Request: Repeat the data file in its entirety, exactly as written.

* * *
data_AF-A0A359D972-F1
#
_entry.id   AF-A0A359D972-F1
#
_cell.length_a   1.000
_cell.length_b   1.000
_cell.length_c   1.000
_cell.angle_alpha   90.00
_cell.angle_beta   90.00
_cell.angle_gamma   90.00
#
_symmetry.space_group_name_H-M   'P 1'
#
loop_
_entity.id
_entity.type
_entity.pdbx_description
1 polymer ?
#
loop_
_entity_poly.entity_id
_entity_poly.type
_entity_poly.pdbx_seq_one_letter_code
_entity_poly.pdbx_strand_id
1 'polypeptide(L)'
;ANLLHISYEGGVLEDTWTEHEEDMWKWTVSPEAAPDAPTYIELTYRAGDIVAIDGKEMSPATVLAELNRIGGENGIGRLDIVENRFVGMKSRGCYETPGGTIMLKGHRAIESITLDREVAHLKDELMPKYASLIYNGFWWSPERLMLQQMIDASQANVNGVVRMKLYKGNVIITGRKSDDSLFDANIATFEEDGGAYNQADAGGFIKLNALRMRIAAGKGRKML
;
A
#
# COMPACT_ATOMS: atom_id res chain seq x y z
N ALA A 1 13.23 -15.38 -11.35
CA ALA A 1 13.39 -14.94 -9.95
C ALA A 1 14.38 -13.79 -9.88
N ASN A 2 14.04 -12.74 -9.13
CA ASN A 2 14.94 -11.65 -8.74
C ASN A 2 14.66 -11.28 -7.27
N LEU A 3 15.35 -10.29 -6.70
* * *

data_AF-A0A359D972-F1
#
_entry.id   AF-A0A359D972-F1
#
_cell.length_a   1.000
_cell.length_b   1.000
_cell.length_c   1.000
_cell.angle_alpha   90.00
_cell.angle_beta   90.00
_cell.angle_gamma   90.00
#
_symmetry.space_group_name_H-M   'P 1'
#
loop_
_entity.id
_entity.type
_entity.pdbx_description
1 polymer ?
#
loop_
_entity_poly.entity_id
_entity_poly.type
_entity_poly.pdbx_seq_one_letter_code
_entity_poly.pdbx_strand_id
1 'polypeptide(L)'
;ANLLHISYEGGVLEDTWTEHEEDMWKWTVSPEAAPDAPTYIELTYRAGDIVAIDGKEMSPATVLAELNRIGGENGIGRLDIVENRFVGMKSRGCYETPGGTIMLKGHRAIESITLDREVAHLKDELMPKYASLIYNGFWWSPERLMLQQMIDASQANVNGVVRMKLYKGNVIITGRKSDDSLFDANIATFEEDGGAYNQADAGGFIKLNALRMRIAAGKGRKML
;
A
#
# COMPACT_ATOMS: atom_id res chain seq x y z
N ALA A 1 13.23 -15.38 -11.35
CA ALA A 1 13.39 -14.94 -9.95
C ALA A 1 14.38 -13.79 -9.88
N ASN A 2 14.04 -12.74 -9.13
CA ASN A 2 14.94 -11.65 -8.74
C ASN A 2 14.66 -11.28 -7.27
N LEU A 3 15.35 -10.29 -6.70